Room Tells an Intimate Story of Abduction, Escape, and Resilience
Lenny Abrahamson's 2015 film Room is many things at once – a horror movie, a family drama, an examination of sexual abuse, and the survival tale of a "wild child" who grows up outside the confines of civilization.
Wednesday, Feb. 10
Lenny Abrahamson's 2015 film Room is many things at once – a horror movie, a family drama, an examination of sexual abuse, and the survival tale of a "wild child" who grows up outside the confines of civilization. Its unique combination of elements makes for an engrossing experience, even when the occasionally overloaded narrative dulls its impact.
The story is a gruesome one: A 17-year-old girl (Golden Globe winner Brie Larson) is abducted by a sexual predator and held captive for seven years in a shed behind his house. During that time, she is raped repeatedly, gets pregnant, and raises a son who has never set foot outside of their room (hence the title). To maintain a sense of normalcy for the boy, she concocts an innovative mixture of fact and fiction about his tiny universe and how it operates.
Room is also a story of escape, adjustment, trauma, and healing. About half of its runtime occurs after they make their exit, as they process years of abuse. When the film focuses on the intimacy between mother and child, it's especially rewarding. Larson's complex performance makes the story resonate despite its more implausible plot points.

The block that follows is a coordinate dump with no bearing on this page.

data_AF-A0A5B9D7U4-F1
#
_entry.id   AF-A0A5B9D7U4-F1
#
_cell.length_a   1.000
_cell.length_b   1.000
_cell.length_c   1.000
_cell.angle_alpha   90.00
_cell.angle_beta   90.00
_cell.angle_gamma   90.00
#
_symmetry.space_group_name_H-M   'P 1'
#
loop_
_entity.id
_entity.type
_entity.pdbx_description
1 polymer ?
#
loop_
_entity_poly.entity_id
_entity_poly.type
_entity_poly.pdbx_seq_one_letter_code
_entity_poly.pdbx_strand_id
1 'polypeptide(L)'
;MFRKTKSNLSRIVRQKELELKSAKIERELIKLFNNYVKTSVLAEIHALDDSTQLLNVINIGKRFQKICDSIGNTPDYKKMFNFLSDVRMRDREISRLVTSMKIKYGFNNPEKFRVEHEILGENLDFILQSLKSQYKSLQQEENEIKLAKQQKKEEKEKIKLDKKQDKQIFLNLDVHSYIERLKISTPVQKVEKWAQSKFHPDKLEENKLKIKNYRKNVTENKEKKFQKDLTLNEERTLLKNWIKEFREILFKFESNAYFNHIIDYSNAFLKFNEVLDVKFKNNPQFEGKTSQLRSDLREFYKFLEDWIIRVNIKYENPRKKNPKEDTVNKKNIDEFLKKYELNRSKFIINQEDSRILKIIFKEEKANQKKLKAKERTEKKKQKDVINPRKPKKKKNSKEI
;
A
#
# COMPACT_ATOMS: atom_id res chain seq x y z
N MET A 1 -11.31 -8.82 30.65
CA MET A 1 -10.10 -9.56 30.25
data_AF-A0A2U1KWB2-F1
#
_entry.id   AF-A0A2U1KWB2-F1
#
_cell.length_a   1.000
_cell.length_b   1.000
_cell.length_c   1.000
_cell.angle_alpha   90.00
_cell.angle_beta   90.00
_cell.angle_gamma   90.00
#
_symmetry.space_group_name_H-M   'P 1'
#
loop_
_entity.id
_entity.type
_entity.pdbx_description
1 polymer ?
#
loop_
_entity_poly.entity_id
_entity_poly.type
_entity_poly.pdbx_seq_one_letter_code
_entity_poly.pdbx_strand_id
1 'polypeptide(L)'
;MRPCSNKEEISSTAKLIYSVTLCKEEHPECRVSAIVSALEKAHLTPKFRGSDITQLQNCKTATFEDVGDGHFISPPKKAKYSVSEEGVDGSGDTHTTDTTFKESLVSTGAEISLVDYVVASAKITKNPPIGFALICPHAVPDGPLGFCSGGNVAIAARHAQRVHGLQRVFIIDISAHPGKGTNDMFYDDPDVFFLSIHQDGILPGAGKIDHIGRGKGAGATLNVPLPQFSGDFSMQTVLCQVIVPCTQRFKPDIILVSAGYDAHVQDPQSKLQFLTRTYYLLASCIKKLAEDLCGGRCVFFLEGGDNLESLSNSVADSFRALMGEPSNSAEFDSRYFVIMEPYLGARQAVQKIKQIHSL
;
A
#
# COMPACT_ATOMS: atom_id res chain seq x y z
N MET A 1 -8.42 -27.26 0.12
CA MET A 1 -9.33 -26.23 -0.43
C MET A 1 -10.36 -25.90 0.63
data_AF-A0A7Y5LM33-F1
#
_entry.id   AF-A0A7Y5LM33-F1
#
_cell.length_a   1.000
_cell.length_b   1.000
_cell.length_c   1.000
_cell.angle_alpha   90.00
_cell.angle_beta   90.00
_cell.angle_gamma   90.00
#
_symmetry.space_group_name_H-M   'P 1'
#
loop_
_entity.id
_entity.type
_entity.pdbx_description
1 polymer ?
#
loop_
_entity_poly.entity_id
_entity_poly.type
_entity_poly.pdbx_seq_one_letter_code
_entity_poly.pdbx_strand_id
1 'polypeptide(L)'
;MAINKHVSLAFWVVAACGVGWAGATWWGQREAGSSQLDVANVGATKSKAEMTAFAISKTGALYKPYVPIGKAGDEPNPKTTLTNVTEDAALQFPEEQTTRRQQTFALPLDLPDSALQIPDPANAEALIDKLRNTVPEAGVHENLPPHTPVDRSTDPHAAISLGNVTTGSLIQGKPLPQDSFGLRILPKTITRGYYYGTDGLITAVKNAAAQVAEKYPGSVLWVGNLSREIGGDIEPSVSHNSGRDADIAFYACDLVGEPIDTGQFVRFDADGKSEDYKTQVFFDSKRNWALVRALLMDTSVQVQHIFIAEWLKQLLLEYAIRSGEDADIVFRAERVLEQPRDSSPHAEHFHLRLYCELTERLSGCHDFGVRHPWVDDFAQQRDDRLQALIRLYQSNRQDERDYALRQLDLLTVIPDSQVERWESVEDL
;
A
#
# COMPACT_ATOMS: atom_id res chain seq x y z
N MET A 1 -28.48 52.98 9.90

Though Room is careful to avoid movie-of-the-week sensationalism, I can't help but wonder what it might feel like with a less tabloid-friendly premise. Its strongest moments are, in a sense, its most familiar ones – such as a mother's efforts to shield her kid from atrocities, or a grandfather's struggle to accept a child of rape. By contrast, when the focus turns toward the news media's handling of their abduction, I'm reminded that I'm watching a movie, rather than hearing from two survivors of extreme abuse.
Room is fascinating and certainly worth seeing, but in a world where the vast majority of rapes occur between intimate partners, family members, and acquaintances, its tale of villainous abduction feels like a needless contrivance. – Dan Schank
Doors at 6 p.m., Film at 7 p.m. // Erie Art Museum, 411 State St. // erieartmuseum.org/events/film.html